The fact remains that self-appointed public-health experts don’t know much about gambling. An academic literature exists on problem gambling but it is a niche field dominated by a few psychologists, most of whom stay out of politics. There is no consensus on how the number of problem gamblers can be reduced. It is not even clear whether such an objective is possible. Pathological gambling (to give it its proper name) is a psychological disorder for which there are no obvious public-policy solutions, other than providing treatment, such as cognitive behavioural therapy, to individuals. When gambling researchers propose specific harm-minimisation policies, they tend to do so tentatively, while acknowledging the potential unintended consequences.

This is no use to the firebrands of the public-health lobby, who want to tax and ban the population into utopia. Who needs evidence when you have enough conviction?

If you think I exaggerate, have a look at this extraordinary article published in Lancet Public Health this month. Commissioned by Public Health England and carried out by seven public- health researchers of no fixed ability, it takes the form of a ‘Delphi study’ designed to find out which policies are most likely to have an impact on gambling-related harm. A Delphi study is a fancy name for asking your mates what they reckon.

The scale of the challenge is obvious from the first sentence. The almost total lack of evidence for the ‘whole-population approach’ favoured by the authors is clear to see.

‘To date, there has been limited research and policy evaluation on gambling to inform this approach…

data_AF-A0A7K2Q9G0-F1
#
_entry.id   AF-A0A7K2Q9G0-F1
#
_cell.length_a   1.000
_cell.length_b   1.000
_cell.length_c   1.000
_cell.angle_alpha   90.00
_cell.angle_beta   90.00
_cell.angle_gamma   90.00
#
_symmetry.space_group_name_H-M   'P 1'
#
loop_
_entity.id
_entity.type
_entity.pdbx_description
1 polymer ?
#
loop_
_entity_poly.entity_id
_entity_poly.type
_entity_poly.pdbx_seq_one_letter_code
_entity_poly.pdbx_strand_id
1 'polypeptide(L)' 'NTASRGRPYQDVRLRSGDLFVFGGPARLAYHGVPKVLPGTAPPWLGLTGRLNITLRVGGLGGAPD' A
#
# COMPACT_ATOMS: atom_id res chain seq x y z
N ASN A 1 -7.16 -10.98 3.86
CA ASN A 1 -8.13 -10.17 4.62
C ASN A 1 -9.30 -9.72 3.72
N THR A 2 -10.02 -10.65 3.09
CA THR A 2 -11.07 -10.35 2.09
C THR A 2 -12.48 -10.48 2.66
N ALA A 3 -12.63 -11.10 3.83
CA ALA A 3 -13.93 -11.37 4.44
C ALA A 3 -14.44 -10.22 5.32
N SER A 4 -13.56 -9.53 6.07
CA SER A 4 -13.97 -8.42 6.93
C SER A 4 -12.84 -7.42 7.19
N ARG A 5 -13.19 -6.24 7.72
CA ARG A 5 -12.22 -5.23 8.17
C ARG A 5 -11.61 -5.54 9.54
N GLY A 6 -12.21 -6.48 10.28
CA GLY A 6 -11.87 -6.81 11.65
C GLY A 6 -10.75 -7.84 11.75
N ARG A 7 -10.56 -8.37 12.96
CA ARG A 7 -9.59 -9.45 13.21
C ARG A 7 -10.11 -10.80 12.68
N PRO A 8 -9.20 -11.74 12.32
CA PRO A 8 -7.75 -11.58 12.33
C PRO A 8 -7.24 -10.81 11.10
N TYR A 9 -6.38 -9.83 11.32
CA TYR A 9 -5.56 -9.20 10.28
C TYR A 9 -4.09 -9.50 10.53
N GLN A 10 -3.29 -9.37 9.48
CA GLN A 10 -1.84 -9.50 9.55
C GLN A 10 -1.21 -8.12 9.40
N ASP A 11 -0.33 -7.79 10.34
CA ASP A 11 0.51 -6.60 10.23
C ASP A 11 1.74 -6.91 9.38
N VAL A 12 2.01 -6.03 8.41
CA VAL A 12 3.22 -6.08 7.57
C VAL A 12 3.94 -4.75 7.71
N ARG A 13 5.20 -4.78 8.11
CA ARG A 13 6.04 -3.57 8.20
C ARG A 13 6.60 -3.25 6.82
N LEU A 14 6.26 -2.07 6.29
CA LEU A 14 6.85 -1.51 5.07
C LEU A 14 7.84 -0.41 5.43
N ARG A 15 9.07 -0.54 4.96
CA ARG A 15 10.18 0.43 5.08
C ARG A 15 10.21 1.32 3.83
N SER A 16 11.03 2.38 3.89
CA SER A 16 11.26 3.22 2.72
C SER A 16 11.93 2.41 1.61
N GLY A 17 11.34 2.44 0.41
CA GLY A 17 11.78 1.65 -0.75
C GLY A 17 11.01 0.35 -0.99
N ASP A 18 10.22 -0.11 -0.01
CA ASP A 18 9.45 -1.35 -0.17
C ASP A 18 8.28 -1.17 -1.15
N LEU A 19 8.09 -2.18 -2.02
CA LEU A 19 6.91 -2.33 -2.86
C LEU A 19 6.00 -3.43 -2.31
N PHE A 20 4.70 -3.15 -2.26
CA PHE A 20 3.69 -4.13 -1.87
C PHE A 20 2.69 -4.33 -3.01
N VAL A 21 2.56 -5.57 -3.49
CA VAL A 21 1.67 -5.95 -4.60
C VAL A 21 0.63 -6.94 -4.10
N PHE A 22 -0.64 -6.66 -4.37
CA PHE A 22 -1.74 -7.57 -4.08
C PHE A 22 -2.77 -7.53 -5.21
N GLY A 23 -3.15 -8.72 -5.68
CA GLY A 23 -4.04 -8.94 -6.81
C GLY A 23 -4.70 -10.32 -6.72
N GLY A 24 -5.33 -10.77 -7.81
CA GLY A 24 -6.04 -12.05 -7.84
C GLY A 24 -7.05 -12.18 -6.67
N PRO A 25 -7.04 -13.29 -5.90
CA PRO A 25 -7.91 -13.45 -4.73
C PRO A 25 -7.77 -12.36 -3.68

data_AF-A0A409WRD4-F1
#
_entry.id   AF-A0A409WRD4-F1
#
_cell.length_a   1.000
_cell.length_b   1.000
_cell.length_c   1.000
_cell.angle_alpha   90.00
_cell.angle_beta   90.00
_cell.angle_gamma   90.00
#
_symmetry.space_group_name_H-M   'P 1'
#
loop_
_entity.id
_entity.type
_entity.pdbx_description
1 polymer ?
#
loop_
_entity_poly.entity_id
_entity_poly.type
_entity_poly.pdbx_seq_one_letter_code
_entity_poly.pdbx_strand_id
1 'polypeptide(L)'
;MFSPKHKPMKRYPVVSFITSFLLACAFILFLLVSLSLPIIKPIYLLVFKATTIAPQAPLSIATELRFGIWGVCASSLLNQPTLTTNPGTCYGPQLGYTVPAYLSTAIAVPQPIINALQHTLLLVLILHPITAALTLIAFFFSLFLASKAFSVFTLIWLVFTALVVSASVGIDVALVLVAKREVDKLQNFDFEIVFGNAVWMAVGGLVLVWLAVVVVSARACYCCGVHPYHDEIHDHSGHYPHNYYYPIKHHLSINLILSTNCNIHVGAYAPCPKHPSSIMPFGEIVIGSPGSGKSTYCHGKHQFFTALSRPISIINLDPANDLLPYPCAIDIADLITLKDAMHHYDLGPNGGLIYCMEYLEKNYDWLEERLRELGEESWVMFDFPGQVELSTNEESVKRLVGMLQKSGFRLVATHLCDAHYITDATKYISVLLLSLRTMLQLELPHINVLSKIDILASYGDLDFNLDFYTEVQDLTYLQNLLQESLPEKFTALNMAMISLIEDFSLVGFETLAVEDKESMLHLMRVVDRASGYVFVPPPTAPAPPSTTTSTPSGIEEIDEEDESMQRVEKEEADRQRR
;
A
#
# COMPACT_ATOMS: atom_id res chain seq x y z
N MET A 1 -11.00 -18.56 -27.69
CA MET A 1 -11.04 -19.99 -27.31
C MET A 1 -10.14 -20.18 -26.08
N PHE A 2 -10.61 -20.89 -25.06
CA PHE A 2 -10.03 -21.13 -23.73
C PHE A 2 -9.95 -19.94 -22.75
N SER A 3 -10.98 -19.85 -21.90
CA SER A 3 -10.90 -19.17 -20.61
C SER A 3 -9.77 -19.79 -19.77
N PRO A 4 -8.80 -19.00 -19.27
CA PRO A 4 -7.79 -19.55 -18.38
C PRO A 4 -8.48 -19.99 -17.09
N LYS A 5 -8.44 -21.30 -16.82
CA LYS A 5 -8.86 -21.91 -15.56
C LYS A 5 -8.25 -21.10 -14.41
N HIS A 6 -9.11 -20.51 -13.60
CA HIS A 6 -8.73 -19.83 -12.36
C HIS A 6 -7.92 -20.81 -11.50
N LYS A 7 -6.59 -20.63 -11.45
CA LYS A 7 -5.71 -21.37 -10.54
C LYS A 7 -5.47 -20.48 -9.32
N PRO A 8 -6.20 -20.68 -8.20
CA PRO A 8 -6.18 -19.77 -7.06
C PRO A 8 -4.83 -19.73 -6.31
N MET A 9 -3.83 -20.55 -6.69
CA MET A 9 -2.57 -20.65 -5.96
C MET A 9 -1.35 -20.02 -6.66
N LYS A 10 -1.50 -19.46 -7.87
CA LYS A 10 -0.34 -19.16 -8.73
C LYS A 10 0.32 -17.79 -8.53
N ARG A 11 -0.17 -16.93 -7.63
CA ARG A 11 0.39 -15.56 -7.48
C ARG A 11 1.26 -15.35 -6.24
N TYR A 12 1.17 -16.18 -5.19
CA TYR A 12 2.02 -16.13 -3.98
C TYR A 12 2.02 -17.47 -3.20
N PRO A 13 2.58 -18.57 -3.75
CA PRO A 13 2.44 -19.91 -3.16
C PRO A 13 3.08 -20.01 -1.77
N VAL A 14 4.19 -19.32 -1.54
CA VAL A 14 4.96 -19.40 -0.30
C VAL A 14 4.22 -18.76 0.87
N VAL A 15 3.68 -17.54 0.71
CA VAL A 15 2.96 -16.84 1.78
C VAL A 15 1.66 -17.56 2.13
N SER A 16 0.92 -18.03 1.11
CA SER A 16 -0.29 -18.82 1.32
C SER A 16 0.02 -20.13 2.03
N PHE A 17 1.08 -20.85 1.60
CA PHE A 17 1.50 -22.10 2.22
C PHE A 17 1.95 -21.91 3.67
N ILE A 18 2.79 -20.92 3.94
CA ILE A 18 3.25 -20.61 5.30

‘There is a scarcity of literature on a whole-population, public-health approach to tackle harmful gambling…

‘Little is known about measures that have long-term effectiveness or measures that are likely to be successfully implemented…

‘Given this dearth of evidence…’

Having accepted that there is virtually no evidence on which to base population-wide policy, the authors breezily state that it is ‘reasonable to assume that some of the measures used for other public-health concerns could be adapted alongside gambling-specific measures’. Is that a slippery slope you see before you? Why, yes it is.

To find out which policies borrowed from totally different fields might fit the bill, the authors asked 77 experts ‘from our professional networks’. Only 10 of them bothered to reply. They had ‘expertise in alcohol, tobacco, drugs, diet and obesity, and communicable and non-communicable diseases’. But apparently not in gambling.

These 10 people (who remain anonymous) identified no fewer than 103 policy proposals covering a vast range of potential legislation. Some of them are predictable, such as a ban on gambling advertising, a ban on in-play betting and a ban on spread-betting. Some of them are extreme, such as creating a state-owned gambling monopoly and banning the sale of alcohol in casinos. And a lot of them are just weird.

Take, for instance: ‘All gambling products to have plain packaging.’ What does this even mean? What would a plain-packaged fruit machine or roulette wheel look like?

Or: ‘Maximum limit on customers gambling on an operator’s website at once.’ Why?

Or: ‘Tax on wagers proportionate to the risk of harm.’ How do you measure the risk of harm in a wager? Isn’t that just the odds?